"You have to put in paperwork and file, but ... you have to be careful 'cause they will deport you. Be careful," Henderson warned. She told Bitencourt, "Wow, wow, if you leave, they won't let you back ... you can't leave, don't leave ... 'cause once you leave you will never be back."
But Henderson and her lawyer said she only intended to seek out information for Bitencourt and, once she learned that Bitencourt had no chance of remaining here, intended to fire her.
Henderson also insisted to the jury of 12 women and three men that despite her high-level position, she was ignorant of basic immigration laws. At one point, she insisted she'd told Ehrlich that Bitencourt couldn't be illegal because she had an American-born child, something she acknowledged on the stand was not accurate. (Prosecutor Diane Freniere also pointed out in cross-examination that Bitencourt's child wasn't born until 2008).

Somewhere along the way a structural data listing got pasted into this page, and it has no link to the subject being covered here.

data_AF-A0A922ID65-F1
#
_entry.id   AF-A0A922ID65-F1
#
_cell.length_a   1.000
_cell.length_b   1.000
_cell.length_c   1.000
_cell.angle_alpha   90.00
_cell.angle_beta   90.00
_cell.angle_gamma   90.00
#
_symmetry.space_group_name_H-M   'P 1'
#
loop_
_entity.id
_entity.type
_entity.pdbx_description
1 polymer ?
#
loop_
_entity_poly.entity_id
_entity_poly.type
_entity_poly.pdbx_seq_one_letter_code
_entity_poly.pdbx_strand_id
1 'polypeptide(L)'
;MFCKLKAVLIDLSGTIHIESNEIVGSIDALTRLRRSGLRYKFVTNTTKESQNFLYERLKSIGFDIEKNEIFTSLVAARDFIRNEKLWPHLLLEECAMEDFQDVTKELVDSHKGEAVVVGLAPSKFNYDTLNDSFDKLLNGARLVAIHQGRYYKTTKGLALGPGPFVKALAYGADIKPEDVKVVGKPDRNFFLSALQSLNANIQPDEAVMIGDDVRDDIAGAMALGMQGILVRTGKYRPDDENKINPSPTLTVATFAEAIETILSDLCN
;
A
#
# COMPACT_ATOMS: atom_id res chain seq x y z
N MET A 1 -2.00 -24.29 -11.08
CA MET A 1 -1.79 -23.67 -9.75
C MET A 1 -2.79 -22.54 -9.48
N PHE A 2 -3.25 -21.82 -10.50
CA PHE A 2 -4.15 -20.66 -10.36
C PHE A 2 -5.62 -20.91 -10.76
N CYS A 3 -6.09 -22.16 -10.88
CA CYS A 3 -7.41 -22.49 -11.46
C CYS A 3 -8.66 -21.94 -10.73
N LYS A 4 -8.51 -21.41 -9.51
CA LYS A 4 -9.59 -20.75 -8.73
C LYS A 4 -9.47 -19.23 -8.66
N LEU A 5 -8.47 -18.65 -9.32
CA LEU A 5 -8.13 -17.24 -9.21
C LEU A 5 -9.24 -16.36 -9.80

Henderson told jurors Friday that her own lack of knowledge about immigration law was "kind of scary."
But even after Henderson consulted with a co-worker who had been a longtime employee of the Immigration and Naturalization Service and learned that there was no legal way for Bitencourt to remain in the country, she continued paying Bitencourt to clean her condo for another month.
Henderson said she intended to fire Bitencourt but never got the chance and assumed that she'd simply quit, "spooked" after realizing Henderson's government position.
Both Henderson and the colleague she consulted about the issue, Cindy Sutton, testified that they did not believe they had the legal authority to ask Bitencourt — or anyone else — their legal status in the country.
Henderson said she thought it would be discriminatory, and potentially an abuse of her authority, to do so.